It was like my dad showed up when I was lost as a child in a crowd. I was safe. It was OK. I knew life would be good again. The sins of the past were lifted from me. The guilt was gone. I was saved. Jesus Christ was now in charge.

I knew the first place I needed to go was to church. I once saw one in Hilton Head. It had a garden with a reflecting pool. I wanted to pray. I wanted to thank God and process what had just happened. So that’s what I did.

Then I went on to see Kathy and the kids. I said nothing to them about what had just happened.

Charlie Paparelli is president of High Tech Ministries, angel investor and blogger. Twice each week email subscribers to his blog receive his thoughts on being a successful entrepreneur and Christian leader.

My First Bible Study

Aug 2018 image.jpg

My First Bible Study

Charlie Paparelli

Originally this post was published on Charlie Paparelli’s blog as part of an ongoing series called “Reimagine Your Life.” To read the rest of the series, go to and subscribe.

“What are you looking for?” Kathy asked as she saw me rummaging through the bookshelves in our bedroom.

“I am looking for a Bible,” I said.

“A Bible? Why do you want a Bible?” she asked in disbelief.

“I am going to a Bible study in the morning,” I said.

“You are going to a what?” she asked. “You are going to AA every night, and now you are going to start going to a Bible study?”

“Do we own a Bible or not?” I asked.

“My sister gave me a Bible when I was a kid. I think it is on a bookshelf in the basement.”

I went downstairs and found it. It was an ugly green book with dried, swollen pages. At one time it must have been soaked in water and later dried out. It would barely rate as “Used – Acceptable” on the Amazon book condition scale. But I found it.

I was ready to attend my first Bible study.

At 7 am I walked through the front doors of the restaurant. I was greeted by a man my age. He was quick to welcome me and introduce himself. He said, “Welcome to the men’s Friday morning Bible study. Is this your first time?”

He had me fill out a name tag and then pointed me to the coffee and doughnut bar they’d created for the guests. It was a friendly crowd. A couple of men introduced themselves, but I was more interested in keeping a low profile.

After all, I had no idea how to conduct myself in a Bible study. I didn’t know what to expect. Would they would call on me to speak? Ask me to read the Bible or, worse yet, tell them why I had come in the first place? What was I going to say, “I’m looking for my higher power? Have you seen him?”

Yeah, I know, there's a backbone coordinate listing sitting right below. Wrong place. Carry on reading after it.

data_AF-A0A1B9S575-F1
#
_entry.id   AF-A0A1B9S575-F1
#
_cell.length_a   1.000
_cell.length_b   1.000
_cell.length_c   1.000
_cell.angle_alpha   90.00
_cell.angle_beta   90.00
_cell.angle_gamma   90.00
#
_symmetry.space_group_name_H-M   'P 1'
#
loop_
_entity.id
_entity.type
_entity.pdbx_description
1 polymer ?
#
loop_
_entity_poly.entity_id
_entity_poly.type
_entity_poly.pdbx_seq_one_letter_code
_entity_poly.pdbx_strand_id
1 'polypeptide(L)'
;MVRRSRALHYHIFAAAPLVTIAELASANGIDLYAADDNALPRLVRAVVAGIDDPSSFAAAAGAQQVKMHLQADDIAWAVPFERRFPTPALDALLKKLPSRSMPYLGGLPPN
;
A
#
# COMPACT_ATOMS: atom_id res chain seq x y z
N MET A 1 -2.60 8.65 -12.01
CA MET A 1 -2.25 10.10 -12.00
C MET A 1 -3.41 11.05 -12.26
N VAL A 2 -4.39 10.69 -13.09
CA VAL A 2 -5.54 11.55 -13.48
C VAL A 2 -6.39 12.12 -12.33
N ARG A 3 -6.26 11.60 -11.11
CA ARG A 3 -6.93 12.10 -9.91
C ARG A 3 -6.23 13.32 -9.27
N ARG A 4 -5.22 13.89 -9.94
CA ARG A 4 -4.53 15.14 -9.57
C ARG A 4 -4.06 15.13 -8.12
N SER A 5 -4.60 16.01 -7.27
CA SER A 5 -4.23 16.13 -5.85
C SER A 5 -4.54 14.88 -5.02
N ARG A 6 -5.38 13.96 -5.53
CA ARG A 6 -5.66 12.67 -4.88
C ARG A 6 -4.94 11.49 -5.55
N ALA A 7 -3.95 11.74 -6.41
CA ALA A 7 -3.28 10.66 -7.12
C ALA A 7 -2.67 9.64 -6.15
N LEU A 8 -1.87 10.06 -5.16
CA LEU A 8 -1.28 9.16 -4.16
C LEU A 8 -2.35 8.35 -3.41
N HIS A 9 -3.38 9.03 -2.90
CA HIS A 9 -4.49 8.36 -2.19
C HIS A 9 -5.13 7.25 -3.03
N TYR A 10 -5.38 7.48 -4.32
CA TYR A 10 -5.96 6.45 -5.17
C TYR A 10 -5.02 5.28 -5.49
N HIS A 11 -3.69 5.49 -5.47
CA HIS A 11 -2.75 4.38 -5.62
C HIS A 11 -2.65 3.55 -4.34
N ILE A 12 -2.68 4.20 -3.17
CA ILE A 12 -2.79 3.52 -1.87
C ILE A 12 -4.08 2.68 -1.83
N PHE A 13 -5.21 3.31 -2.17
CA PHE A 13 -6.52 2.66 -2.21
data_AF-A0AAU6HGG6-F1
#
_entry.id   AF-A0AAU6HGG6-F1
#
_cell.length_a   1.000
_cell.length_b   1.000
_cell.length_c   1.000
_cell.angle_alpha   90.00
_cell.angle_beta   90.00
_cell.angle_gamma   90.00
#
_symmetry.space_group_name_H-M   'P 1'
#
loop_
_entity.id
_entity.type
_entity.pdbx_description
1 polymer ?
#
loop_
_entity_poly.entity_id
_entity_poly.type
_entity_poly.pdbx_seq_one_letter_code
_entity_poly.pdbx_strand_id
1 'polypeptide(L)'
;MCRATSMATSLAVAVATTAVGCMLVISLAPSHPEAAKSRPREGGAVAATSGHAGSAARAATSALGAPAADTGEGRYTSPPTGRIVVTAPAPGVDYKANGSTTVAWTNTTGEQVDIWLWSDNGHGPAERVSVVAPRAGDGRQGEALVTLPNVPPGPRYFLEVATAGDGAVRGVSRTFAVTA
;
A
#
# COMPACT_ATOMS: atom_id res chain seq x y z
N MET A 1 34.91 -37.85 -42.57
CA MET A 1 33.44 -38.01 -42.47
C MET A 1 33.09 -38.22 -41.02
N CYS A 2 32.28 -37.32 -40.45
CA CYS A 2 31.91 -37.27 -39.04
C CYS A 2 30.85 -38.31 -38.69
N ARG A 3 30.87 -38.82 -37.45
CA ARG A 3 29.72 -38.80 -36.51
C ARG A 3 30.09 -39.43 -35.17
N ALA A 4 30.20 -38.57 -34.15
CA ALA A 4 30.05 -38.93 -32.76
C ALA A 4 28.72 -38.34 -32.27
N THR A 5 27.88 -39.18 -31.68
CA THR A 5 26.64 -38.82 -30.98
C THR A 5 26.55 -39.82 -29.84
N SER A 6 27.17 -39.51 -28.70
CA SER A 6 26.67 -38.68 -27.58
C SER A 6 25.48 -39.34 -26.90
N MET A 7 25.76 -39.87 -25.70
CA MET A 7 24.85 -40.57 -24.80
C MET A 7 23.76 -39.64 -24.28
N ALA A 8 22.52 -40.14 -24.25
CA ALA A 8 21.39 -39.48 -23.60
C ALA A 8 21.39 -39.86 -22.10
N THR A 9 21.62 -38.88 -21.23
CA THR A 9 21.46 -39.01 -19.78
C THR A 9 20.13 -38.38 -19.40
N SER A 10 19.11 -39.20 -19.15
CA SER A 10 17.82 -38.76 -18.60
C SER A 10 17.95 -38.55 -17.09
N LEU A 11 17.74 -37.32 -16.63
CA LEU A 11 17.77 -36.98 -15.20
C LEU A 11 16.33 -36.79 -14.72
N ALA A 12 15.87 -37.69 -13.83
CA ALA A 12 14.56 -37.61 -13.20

Chris White, the leader of the gathering of approximately 40 men, called the meeting to order. He asked everyone to find a seat. Then he said, “Welcome, men. Thanks for getting out of bed so early to hear the Word of God and discuss it. We are here to learn more about our Lord and Savior Jesus Christ.

“For those who are here for the first time, our format is simple. I’ll choose a selected reading from the Bible and then speak for ten minutes on the passage. Then we’ll get together in small groups to discuss what we’ve learned and how it might apply to our lives. If you don’t have a regular small group, please see John over there, and he will assign you to one.”

Then Chris said, “Please turn to Matthew 6, verses one through 10.”

I sat there frozen.

I had no idea how to follow those instructions. What was Matthew? Where was Matthew? Who was Matthew? And what did the numbers mean? I didn’t want to look stupid, so I opened the Bible to about the middle and looked like I was reading something. What I was doing was hoping nobody was watching me. I didn’t want to look incompetent, but I needed help.

He did what he said he would do. He read the Bible. It seemed like everybody except for me was following along with him. Then he talked about what he had just read. I don’t remember any of it.

When Chris concluded his remarks, he said, “Ok. Let’s head to our small groups.”

As instructed, I went to see John. He was kind to me as I expected. He showed me to a table with five men I’d never met and asked me to introduce myself. Then each of the men in turn stood and shook my hand. The leader of the small group thanked me for coming and welcomed me. He said, “We are glad you’re here. Our format is simple. I’ll ask questions about what Chris read and talked about, and each of us will have the chance to share our thoughts.”

And with that short introduction, I started my first Bible study.